Fujifilm has filed a legal complaint in the US, accusing Polaroid of turning against the company and demanding millions of dollars in royalty payments per year for the use of its white borders on its new Instax Square instant film. Polaroid is allegedly threatening Fujifilm with a trademark lawsuit if it doesn’t comply.
World IP Review reports that Fujifilm filed the complaint on Monday in the the US District Court for the Southern District of New York.
Fujifilm says PLR IP, the brand licensor and marketer for Polaroid instant cameras, sent it a letter back in January after Fujifilm unveiled its new square format Instax film, which looks strikingly similar to the classic look popularized by Polaroid years ago.
In the letter, Polaroid said that the “square form” of Fujifilm’s Instax Square photos is “essentially identical” to the trademark and trade dress rights owned by Polaroid — Polaroid owns a number of trademarks that give it exclusive use of certain white borders on instant photos.
Then in March, Polaroid sent a followup letter to Fujifilm, threatening it with a lawsuit unless the Instax Square film was pulled from the market. Polaroid wrote that it would have “no choice but to take appropriate action to protect” its intellectual property if Fujifilm ignored its demands.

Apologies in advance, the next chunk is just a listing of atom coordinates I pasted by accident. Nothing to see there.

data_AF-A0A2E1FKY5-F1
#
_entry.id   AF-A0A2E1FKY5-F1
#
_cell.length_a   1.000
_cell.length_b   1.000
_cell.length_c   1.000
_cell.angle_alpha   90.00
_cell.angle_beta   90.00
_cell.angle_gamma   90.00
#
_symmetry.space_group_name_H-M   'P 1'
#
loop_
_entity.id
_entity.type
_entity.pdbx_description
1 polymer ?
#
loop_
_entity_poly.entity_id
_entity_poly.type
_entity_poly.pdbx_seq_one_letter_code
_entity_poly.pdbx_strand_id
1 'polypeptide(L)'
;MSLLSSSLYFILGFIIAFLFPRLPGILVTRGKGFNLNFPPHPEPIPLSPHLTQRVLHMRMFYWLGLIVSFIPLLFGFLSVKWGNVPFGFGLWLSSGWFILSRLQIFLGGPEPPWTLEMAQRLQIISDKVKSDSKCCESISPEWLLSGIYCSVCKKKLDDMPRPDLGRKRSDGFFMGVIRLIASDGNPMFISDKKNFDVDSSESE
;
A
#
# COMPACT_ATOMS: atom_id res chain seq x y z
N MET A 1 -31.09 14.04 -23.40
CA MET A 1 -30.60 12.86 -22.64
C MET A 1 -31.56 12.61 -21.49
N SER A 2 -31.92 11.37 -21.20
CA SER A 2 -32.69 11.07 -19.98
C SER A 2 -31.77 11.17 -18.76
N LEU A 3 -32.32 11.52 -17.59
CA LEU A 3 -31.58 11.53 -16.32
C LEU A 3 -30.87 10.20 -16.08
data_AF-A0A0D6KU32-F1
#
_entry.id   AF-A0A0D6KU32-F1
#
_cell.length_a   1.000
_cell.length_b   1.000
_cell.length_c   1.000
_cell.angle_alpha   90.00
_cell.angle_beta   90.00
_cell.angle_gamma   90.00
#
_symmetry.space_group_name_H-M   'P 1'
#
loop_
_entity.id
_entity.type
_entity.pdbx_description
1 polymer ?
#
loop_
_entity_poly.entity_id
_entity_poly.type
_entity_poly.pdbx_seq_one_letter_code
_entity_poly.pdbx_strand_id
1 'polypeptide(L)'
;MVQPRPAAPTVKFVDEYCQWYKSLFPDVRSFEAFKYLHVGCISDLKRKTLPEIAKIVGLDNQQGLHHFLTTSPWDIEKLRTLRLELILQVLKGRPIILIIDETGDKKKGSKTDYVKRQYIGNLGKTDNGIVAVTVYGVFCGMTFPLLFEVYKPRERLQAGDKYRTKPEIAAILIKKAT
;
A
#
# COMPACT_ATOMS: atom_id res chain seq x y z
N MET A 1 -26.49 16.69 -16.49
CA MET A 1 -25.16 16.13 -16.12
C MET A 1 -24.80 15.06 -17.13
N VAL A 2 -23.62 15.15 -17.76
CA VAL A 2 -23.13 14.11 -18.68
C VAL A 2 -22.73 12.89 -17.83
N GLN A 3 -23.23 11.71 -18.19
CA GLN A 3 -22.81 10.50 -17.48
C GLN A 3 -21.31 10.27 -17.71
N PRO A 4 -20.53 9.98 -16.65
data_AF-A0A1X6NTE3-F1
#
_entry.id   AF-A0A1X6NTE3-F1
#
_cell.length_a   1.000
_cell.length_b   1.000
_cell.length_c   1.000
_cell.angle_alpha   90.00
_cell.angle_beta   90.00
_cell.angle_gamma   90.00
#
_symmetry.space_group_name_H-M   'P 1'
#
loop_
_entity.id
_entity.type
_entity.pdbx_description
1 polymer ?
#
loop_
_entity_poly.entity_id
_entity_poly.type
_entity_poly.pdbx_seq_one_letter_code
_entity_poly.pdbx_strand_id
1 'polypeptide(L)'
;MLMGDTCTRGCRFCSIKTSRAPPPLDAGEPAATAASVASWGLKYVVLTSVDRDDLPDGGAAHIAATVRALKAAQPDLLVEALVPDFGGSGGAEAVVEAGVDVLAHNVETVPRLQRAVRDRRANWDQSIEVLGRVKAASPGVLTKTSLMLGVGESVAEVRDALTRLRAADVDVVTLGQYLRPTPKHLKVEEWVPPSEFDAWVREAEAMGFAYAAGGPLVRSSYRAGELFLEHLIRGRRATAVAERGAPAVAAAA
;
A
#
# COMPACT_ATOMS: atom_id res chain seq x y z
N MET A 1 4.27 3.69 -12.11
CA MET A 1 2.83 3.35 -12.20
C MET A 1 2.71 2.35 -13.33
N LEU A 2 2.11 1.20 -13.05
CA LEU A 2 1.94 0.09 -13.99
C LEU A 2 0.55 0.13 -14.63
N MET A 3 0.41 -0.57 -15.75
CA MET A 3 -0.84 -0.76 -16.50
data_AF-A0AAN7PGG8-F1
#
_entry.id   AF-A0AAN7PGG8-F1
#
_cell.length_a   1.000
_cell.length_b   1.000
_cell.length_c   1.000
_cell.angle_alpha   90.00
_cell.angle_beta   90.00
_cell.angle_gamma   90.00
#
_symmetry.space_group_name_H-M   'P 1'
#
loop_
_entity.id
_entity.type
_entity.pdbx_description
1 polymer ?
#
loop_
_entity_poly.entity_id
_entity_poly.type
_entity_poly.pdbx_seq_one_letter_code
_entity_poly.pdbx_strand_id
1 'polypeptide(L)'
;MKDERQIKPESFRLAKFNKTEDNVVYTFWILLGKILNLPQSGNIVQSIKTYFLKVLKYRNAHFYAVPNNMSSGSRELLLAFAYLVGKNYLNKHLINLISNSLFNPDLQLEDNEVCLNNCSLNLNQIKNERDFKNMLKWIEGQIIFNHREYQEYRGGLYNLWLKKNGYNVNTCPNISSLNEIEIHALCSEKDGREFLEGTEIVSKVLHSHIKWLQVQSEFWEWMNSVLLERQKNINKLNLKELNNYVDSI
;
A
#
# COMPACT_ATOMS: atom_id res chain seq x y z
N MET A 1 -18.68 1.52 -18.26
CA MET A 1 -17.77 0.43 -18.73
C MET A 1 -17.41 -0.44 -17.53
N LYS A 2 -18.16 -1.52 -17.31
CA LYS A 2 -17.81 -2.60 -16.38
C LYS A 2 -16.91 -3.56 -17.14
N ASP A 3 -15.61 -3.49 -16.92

Finally, Fujifilm says it received a third letter in June that demanded millions of dollars per year in royalty payments. Fujifilm says in its new legal complaint that Polaroid is trying to milk its IP portfolio after failing to make money through selling actual products.
“Unable to return to profitability through product sales, defendants now seek to generate revenue from what remains of the Polaroid IP portfolio,” Fujifilm’s complaint says.
Fujifilm is now asking the US courts to rule that its “square with a square” instant photos do not violate Polaroid’s IP rights and to cancel Polaroid’s trademarks.
Image credits: Head illustration Polaroid picture by Phillip Pessar